COLUMBIA, Mo. — Mowing the lawn is a ritual that many Americans perform weekly. Although it’s an activity as synonymous with summertime as baseball and barbequing, mowing the lawn can be very dangerous if not handled properly.
According to the U.S. Consumer Product Safety Commission, approximately 80,000 people are injured in lawn mower-related accidents each year in the United States.
“The kinds of injuries we typically see from lawn mowers include deep cuts, loss of fingers and toes, broken and dislocated bones, burns and eye injuries,” said Stephen Colbert, M.D., a plastic surgeon at University of Missouri Health Care. “Some injuries are very serious and require the involvement of several different specialists to treat. I would strongly urge the public to be extremely cautious as both users of mowers and for those who are nearby because they can also be hurt.”
Not only are adults and older teens who operate lawn mowers at risk of injury, but so are children and other adults who may be struck with flying debris.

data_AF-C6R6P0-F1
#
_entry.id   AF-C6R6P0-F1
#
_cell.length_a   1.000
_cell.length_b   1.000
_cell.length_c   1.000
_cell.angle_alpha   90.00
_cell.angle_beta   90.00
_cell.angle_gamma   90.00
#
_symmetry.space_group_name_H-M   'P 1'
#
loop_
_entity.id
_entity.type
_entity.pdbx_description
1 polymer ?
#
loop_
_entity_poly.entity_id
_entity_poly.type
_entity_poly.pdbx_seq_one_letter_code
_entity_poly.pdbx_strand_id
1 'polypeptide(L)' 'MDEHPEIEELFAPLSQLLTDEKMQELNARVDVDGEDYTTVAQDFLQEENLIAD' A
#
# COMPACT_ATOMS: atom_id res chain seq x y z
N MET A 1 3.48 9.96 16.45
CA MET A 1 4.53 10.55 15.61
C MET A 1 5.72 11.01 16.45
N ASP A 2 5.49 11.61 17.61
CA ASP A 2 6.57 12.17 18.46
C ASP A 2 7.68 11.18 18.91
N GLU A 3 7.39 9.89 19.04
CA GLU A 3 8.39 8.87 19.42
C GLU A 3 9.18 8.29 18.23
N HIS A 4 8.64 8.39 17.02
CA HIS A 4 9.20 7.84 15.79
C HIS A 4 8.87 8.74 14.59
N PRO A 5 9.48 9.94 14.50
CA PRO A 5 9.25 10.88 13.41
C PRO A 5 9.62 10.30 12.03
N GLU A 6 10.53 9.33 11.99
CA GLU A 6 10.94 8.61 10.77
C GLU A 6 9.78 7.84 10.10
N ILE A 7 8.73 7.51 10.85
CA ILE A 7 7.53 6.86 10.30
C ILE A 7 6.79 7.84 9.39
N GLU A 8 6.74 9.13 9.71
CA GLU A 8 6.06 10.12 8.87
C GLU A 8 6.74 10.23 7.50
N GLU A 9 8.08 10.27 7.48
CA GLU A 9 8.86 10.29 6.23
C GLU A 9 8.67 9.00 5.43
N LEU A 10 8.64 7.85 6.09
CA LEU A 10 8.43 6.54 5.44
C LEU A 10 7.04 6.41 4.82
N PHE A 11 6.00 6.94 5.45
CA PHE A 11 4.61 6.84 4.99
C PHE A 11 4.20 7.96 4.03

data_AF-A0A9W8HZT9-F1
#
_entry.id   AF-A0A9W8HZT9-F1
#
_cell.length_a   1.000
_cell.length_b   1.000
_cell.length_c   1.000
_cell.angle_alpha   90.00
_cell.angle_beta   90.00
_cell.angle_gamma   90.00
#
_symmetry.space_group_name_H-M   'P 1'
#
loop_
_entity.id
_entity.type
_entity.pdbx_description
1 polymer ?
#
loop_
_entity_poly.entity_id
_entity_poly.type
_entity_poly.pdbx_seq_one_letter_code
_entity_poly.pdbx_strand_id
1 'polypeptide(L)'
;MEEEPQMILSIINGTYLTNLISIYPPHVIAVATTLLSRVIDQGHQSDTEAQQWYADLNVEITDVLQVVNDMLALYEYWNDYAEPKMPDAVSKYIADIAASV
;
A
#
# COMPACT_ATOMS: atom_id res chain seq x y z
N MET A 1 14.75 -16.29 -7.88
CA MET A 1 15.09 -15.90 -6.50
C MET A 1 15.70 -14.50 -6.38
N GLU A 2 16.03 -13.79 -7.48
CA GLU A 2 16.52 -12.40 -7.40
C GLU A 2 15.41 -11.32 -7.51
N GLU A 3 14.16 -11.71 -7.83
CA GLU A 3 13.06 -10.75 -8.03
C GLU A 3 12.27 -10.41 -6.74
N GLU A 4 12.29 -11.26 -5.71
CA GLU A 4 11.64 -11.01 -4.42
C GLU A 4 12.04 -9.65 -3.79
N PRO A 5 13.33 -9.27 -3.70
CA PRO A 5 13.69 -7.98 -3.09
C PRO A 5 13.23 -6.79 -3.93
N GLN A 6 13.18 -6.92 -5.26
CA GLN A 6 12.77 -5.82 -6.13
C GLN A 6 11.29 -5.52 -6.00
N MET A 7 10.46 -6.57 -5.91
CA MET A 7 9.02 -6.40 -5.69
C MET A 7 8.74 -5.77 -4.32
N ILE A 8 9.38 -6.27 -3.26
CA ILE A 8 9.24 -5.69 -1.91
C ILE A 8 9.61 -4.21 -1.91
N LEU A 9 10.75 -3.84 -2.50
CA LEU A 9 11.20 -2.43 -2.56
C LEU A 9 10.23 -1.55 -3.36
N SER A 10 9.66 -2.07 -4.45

“We treated four patients in our emergency department during May who had suffered lawn mower-related injuries,” said Brenda Jensen, R.N., manager of emergency services at University Hospital. “And the number of such injuries usually increases throughout the summer.”
Colbert, who typically treats 10 to 15 patients a year for severe lawn mower-related accidents such as finger amputations, recommends these safety precautions to help reduce the number of injuries.
• Before mowing, pick up stones and other debris from the lawn to prevent injuries from flying objects.
• Always wear sturdy shoes (not sandals or flip flops) while mowing.
• Young children and other adults should stay indoors while mowing is taking place. • Always wear hearing and eye protection.
• Wait for blades to completely stop before removing the grass catcher, unclogging the discharge chute or crossing gravel-covered surfaces such as roads or driveways.
“A lawn mower is a very common household tool,” said Colbert. “But it is important to use caution when operating a piece of machinery that has a sharp-edged blade spinning up to 200 miles per hour. And unfortunately, it only takes a split second for something devastating to occur that could have lifelong implications.”